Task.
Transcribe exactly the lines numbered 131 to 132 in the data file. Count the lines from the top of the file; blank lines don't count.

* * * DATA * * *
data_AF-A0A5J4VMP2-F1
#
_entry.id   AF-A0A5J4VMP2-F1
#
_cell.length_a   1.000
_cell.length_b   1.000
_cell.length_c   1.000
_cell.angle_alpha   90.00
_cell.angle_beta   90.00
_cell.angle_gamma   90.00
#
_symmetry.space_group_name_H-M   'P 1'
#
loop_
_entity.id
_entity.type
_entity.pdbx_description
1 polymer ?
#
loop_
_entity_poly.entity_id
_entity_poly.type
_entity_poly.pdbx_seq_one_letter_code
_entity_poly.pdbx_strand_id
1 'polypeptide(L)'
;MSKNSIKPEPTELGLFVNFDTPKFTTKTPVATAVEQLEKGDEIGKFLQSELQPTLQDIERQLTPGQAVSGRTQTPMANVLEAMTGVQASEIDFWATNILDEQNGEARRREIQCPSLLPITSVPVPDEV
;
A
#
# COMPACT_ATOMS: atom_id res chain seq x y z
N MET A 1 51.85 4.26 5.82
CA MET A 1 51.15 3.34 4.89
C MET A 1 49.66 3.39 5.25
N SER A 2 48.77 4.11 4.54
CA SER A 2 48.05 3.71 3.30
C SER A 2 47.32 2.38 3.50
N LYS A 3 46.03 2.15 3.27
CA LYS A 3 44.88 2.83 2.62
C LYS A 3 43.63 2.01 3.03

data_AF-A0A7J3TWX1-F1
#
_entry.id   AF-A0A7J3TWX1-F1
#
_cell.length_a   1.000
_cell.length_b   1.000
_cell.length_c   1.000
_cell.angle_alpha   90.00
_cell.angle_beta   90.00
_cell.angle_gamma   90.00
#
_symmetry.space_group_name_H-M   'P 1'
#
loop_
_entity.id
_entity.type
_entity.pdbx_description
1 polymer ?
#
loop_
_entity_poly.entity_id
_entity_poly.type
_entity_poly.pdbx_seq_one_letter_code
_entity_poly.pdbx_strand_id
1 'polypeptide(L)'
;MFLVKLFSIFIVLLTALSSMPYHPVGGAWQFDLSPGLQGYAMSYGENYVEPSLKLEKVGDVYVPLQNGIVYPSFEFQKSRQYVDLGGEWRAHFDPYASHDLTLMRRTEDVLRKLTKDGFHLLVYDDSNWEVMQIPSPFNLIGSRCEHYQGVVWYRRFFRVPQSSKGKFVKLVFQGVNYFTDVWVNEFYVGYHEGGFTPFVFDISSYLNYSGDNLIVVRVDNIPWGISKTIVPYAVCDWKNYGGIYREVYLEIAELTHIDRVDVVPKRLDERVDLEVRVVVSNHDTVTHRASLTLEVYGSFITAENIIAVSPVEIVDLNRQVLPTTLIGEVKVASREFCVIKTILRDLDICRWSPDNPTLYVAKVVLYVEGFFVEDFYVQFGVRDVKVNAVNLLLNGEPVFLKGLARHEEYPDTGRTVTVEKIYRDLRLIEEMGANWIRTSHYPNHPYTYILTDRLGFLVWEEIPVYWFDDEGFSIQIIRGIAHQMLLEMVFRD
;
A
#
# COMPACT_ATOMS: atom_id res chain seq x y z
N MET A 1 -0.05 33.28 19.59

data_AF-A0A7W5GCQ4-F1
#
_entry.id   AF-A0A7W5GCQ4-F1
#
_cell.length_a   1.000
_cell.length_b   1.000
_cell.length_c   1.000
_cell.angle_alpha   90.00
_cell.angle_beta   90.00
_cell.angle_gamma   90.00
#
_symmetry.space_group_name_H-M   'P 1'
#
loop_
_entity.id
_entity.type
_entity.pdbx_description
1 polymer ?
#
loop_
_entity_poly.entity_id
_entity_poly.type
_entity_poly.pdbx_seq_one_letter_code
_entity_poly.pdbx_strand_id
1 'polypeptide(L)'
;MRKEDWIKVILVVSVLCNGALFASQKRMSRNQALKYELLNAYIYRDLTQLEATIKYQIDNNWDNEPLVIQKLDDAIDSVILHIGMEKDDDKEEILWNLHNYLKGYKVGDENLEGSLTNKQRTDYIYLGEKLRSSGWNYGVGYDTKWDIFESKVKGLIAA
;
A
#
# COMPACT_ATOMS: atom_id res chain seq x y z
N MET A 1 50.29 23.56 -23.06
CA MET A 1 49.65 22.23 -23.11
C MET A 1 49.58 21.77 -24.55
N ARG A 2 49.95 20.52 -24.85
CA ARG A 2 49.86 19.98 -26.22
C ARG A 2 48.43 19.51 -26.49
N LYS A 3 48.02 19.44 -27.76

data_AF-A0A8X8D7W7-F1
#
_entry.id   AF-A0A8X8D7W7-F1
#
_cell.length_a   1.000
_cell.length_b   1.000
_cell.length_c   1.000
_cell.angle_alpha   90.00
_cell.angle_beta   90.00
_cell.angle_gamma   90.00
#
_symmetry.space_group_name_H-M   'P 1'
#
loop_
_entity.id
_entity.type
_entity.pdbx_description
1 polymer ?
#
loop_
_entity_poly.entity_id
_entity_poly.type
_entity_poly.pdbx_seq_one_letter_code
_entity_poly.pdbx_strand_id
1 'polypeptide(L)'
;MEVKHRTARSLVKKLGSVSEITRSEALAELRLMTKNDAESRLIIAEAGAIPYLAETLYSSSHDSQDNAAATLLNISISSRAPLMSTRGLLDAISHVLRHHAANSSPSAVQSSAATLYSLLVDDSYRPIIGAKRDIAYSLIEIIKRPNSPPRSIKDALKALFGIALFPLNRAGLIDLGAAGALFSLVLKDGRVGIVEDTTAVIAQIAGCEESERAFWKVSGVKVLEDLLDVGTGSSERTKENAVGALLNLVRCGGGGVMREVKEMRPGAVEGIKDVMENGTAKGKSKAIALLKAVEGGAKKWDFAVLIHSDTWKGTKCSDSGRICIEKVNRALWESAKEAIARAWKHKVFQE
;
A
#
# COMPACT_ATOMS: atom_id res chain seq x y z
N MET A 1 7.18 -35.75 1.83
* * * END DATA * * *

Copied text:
_entity_poly.pdbx_strand_id
1 'polypeptide(L)'